Of particular interest to me was his story of how the trust was broken in his family. He says that after he lost his temper one night and slapped his disobedient young daughter, his wife kicked him out. She called the police and broke off communications with him. So he resented and no longer trusted her at all.

    What he later learned was that his wife consulted with their child’s therapist who told her that she must report her husband to the police or she would be charged with child abuse and lose her kids. Other state actors would later tell her she was not allowed to have any contact with her husband. He didn’t learn this until speaking with his wife for the first time over a year after the relationship was permanently broken.

    After being acquitted of child abuse charges, the state still refused to allow him to see his daughters until he was counselled and cleared by the same agency and agent that he views as having destroyed his family.

    Yeah, that’d leave me a little bitter and paranoid. Unfortunately, this particular man had flaws that left him unable to recover and find the path to move forward with his life as it existed after the harm was done. He does a pretty good job of conveying the sense of hopelessness that a decade of loss and defeat had heaped on him. I sincerely hope that none of us ever have to contend with the state involving itself with our families.

  11. #11 |  celticdragonchick | 

    This is what happens when you fuck with the market.

    Back in the 60’s, the SCOTUS ruled that “intelligence tests” for employment were arbitrarily discriminative against African Americans (some questions were somewhat cultural in nature, and a black kid from the South side of LA would not have had the upbringing or exposure to know those answers no matter what his grades in school were) and where thrown out.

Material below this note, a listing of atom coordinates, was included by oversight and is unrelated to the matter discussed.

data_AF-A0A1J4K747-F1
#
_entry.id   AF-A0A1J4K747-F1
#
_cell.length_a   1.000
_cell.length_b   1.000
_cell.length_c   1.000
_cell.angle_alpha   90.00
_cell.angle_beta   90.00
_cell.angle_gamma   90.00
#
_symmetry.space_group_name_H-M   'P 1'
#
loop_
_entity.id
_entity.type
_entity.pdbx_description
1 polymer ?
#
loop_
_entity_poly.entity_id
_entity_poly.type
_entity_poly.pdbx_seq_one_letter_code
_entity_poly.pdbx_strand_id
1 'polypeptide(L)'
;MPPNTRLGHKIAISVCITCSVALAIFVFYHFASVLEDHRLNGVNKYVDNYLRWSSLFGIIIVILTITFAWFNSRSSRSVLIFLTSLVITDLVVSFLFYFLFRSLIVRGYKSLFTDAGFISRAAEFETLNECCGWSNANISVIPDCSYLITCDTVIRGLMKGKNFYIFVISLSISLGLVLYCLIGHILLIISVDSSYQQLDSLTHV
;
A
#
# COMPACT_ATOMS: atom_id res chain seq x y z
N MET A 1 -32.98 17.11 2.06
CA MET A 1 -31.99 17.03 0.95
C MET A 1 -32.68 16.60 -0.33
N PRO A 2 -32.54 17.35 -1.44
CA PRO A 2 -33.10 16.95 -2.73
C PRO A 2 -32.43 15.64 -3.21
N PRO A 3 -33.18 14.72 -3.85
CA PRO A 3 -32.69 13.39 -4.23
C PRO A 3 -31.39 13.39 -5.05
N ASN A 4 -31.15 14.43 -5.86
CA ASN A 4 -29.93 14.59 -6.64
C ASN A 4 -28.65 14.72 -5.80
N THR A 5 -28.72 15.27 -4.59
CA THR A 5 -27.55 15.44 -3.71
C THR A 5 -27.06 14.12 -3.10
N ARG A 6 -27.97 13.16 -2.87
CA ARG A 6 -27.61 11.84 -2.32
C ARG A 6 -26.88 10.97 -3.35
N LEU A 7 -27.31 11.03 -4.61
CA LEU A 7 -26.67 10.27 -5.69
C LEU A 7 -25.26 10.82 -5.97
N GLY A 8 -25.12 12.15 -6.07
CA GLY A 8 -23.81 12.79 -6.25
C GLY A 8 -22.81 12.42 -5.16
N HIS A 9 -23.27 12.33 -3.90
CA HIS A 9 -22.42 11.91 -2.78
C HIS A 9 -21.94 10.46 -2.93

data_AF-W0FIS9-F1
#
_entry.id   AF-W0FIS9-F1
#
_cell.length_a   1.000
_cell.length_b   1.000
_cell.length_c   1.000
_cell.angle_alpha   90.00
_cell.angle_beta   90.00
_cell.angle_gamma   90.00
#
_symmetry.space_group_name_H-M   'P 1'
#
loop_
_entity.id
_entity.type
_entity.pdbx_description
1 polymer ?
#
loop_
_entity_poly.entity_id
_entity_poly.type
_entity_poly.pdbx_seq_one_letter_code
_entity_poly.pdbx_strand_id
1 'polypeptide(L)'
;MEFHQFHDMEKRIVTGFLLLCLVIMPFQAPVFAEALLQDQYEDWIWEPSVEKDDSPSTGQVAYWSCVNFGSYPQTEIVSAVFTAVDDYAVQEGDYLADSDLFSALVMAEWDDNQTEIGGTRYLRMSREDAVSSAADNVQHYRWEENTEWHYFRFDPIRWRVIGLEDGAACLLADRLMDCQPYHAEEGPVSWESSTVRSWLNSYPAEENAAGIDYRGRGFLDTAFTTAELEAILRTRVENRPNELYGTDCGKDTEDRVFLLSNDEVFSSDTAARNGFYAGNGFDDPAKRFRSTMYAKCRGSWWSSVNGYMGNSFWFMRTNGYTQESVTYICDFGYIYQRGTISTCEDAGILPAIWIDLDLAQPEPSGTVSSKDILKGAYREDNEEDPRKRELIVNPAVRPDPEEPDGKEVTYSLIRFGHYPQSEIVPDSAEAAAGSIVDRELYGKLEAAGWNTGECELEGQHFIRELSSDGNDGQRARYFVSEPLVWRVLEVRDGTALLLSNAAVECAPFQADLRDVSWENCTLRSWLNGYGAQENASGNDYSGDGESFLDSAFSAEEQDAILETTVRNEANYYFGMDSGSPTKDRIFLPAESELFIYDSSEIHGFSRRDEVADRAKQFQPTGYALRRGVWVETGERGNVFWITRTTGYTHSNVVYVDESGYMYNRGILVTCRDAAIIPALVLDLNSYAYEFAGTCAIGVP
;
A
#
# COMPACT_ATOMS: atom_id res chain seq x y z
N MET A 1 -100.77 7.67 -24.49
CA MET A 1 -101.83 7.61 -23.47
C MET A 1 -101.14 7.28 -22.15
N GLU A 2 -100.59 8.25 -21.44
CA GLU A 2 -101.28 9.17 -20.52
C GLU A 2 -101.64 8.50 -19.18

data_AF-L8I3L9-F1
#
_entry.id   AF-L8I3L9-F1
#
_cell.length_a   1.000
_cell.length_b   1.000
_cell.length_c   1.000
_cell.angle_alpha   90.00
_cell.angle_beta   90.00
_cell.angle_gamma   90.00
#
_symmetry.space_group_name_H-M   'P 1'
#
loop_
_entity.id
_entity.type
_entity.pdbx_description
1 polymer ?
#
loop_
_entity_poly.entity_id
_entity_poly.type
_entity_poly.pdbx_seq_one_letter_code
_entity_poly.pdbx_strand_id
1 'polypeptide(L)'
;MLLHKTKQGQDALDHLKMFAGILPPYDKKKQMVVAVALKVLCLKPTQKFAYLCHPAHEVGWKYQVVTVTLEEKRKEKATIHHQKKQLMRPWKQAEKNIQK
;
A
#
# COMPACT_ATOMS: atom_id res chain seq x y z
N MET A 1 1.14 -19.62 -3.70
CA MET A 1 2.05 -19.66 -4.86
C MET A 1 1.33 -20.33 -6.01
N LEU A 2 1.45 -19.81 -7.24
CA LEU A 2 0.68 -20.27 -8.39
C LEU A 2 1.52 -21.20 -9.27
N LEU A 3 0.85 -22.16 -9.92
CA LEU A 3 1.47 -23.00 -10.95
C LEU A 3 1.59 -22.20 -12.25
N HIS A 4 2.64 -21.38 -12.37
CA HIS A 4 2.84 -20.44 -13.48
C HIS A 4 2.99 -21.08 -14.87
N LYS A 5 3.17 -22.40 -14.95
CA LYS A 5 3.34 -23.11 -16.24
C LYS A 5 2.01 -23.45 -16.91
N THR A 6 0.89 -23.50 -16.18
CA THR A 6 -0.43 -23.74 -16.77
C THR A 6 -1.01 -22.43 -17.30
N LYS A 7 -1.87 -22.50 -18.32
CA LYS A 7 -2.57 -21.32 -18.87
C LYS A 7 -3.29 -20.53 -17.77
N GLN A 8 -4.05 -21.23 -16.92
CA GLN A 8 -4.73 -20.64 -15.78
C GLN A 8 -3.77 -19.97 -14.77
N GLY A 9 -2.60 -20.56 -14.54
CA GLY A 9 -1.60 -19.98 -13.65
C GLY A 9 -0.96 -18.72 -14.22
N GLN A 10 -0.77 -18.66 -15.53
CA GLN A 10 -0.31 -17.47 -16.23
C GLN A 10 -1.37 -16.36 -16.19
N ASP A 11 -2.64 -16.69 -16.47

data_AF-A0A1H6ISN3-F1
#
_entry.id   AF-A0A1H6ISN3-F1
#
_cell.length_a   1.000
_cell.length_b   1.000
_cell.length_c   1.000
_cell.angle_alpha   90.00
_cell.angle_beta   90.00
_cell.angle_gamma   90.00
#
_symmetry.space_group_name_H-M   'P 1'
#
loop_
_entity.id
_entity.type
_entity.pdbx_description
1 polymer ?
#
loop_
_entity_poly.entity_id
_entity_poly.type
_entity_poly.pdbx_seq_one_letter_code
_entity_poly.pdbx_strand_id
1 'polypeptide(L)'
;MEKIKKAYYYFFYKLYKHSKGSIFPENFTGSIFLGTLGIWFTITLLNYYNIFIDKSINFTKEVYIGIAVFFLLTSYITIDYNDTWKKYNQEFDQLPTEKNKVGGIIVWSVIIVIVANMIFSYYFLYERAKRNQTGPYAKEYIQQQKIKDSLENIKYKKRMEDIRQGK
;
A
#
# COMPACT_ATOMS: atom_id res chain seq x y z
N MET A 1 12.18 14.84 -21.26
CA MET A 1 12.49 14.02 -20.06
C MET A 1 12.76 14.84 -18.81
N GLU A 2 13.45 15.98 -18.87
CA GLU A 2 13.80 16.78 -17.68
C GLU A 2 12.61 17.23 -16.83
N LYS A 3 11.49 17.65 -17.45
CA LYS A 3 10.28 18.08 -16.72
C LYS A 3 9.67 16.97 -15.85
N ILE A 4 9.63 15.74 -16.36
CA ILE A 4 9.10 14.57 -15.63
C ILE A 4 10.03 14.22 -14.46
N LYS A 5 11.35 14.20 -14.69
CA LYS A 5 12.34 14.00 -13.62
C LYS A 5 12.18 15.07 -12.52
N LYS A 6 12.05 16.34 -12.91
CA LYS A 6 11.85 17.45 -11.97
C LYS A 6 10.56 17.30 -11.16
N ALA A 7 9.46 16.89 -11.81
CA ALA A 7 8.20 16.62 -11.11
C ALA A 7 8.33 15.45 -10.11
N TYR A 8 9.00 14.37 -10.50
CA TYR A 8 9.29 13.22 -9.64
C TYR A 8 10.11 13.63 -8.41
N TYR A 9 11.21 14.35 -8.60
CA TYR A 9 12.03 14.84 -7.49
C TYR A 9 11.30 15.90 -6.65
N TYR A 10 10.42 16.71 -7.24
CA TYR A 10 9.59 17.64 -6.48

Thusly, many employers began requiring BA or BS degrees for jobs that certainly did not require them in any factual sense. It is an adventure in the field of unintended consequences.

  12. #12 |  celticdragonchick | 

    Well, perhaps they might use the H2A visa program. But they would still have to pay their Mexicans at least minimum wage, and abide by US and local labor regulations. Surely this is too much for mere Mexicans?

    It is my understanding that legal Mexican workers (including native born Americans of Latino descent) are boycotting the state as well because of the onerous provisions in the law that allow constant police harassment and demands for identification of anybody who looks “too brown”.

  13. #13 |  Erin | 

    Sorry if this is a double post – the first time I submitted the comment jsut disappeared without any indication it went into moderation or posted.